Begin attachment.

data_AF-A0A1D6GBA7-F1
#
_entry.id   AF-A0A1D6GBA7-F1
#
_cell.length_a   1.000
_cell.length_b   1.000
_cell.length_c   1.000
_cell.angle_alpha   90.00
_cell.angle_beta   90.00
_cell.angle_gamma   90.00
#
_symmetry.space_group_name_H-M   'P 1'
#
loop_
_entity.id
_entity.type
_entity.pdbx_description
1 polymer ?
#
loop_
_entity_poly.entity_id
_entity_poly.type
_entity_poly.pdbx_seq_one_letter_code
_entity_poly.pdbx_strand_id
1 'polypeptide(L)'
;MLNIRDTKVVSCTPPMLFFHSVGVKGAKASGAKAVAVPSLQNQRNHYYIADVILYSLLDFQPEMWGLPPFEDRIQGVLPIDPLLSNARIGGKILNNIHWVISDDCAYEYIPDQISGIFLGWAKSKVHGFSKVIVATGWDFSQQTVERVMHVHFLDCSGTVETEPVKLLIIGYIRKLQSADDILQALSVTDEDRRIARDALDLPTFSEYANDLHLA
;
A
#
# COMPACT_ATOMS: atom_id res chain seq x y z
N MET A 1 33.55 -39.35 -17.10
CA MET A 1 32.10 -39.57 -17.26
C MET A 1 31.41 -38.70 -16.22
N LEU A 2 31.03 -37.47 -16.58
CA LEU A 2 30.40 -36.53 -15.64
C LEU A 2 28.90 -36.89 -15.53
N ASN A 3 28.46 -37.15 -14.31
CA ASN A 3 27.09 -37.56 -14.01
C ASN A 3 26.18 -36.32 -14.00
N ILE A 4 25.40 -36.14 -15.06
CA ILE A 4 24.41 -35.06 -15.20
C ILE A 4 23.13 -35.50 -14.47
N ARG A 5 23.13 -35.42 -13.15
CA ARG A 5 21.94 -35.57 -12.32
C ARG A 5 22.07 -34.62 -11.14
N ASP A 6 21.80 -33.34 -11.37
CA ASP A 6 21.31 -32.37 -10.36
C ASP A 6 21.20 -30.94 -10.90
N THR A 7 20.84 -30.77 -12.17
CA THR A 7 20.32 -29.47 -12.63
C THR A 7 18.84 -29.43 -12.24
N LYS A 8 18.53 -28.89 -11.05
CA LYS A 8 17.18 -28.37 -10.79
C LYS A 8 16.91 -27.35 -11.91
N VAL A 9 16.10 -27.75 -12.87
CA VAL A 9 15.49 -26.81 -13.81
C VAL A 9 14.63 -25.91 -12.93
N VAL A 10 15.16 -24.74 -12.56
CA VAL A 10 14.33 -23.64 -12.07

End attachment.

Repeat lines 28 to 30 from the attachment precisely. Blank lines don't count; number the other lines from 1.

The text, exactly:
A
#
# COMPACT_ATOMS: atom_id res chain seq x y z